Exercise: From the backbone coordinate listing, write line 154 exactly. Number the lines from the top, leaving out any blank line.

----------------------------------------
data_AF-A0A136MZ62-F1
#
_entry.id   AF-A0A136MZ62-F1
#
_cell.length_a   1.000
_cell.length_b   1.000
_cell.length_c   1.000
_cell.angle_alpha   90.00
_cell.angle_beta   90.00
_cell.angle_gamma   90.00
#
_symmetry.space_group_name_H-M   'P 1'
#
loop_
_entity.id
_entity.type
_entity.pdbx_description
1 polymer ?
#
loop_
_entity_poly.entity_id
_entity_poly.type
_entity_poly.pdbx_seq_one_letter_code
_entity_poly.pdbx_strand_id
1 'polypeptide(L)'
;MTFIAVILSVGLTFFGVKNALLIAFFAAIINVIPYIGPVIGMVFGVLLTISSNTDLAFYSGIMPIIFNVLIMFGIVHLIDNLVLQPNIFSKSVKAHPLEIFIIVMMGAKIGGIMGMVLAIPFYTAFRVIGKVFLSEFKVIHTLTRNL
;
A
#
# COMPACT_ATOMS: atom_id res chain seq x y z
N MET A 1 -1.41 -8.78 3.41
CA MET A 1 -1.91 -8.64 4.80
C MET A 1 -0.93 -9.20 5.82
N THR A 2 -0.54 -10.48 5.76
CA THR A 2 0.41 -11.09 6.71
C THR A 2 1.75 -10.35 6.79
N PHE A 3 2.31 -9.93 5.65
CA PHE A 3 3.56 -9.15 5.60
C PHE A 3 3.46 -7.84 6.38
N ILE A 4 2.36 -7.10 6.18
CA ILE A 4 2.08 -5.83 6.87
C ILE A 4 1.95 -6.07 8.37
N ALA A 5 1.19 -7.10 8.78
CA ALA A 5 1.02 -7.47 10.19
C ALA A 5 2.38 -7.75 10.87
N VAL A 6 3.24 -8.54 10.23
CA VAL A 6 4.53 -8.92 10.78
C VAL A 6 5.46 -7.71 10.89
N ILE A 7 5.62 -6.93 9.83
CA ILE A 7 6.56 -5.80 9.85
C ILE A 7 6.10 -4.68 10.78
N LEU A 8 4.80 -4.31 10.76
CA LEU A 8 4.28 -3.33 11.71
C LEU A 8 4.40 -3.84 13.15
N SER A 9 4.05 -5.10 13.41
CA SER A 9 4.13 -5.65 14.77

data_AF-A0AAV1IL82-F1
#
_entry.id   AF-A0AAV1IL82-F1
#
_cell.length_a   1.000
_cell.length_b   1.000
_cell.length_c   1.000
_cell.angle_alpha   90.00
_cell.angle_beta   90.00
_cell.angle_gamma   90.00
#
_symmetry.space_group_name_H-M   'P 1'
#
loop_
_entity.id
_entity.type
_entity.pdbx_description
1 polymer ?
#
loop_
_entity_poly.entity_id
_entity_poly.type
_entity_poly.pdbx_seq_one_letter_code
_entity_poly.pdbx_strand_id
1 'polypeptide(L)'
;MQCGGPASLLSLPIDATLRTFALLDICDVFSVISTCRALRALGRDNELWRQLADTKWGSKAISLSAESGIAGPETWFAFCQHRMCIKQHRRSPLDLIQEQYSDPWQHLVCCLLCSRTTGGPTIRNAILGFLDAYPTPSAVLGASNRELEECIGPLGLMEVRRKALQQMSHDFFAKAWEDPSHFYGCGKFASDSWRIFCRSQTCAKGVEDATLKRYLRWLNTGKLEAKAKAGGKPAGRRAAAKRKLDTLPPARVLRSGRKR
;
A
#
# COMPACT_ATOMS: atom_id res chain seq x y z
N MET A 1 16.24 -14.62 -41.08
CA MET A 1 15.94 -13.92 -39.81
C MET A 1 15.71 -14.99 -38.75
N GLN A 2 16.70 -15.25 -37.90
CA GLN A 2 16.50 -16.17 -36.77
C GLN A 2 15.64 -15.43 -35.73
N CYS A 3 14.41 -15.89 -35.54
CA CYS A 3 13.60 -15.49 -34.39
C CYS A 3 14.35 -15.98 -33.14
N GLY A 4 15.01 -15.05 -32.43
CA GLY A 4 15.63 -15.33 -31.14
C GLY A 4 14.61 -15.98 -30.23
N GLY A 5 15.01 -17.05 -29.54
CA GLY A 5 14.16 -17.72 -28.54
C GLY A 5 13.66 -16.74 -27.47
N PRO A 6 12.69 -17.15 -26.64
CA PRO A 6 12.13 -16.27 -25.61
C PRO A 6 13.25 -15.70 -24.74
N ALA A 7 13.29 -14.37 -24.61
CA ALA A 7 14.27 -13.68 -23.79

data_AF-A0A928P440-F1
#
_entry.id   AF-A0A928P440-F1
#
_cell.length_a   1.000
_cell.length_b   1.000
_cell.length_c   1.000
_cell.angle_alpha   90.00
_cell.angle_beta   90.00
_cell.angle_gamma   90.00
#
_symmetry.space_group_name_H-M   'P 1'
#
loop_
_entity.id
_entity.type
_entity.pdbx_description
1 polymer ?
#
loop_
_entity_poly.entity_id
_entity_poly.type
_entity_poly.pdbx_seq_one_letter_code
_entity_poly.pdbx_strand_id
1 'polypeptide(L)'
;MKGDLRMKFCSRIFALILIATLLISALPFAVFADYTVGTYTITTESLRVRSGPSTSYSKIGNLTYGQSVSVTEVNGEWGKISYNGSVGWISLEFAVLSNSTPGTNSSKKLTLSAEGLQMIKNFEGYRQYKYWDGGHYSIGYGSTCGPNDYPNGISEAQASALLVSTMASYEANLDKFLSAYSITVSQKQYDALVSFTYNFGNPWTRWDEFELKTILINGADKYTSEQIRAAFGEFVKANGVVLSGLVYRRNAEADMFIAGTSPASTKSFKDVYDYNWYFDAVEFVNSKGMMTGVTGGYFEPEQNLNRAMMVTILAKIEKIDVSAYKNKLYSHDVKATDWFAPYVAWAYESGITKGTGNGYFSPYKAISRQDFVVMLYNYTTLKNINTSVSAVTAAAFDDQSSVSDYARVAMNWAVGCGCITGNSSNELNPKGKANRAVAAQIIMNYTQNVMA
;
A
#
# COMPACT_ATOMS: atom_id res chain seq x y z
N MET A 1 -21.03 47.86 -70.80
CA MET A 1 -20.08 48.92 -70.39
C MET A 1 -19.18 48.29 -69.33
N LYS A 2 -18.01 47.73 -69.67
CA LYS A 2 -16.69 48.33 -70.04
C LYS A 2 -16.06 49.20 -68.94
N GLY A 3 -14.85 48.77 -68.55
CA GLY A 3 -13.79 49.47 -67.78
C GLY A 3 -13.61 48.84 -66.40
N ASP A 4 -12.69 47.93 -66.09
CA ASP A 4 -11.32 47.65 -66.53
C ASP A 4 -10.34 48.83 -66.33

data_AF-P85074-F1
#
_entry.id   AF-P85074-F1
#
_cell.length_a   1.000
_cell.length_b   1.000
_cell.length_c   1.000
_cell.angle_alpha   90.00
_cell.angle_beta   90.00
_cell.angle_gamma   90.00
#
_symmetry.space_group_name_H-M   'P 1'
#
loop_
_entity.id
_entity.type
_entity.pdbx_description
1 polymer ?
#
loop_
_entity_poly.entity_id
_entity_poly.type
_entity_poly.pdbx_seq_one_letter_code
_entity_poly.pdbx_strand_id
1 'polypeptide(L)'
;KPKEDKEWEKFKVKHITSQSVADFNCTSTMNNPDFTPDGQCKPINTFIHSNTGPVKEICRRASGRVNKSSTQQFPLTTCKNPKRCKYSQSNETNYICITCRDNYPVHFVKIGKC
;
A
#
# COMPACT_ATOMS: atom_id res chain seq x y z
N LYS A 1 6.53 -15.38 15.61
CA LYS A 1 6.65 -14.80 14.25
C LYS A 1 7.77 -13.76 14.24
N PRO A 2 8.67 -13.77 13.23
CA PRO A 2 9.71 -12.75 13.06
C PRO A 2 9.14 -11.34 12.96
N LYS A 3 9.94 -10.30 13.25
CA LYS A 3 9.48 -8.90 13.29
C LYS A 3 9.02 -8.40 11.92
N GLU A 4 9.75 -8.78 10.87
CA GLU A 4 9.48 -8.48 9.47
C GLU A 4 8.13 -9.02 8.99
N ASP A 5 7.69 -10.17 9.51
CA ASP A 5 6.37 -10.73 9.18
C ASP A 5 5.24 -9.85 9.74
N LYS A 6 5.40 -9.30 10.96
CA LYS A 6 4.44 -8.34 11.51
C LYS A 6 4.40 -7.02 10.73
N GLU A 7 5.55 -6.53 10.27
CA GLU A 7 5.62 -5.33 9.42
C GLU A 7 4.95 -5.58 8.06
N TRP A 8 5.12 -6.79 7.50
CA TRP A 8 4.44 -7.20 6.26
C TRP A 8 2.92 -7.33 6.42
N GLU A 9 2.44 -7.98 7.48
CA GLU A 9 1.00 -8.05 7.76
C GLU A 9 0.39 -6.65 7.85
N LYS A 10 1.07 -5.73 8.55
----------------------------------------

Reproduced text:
_cell.length_b   1.000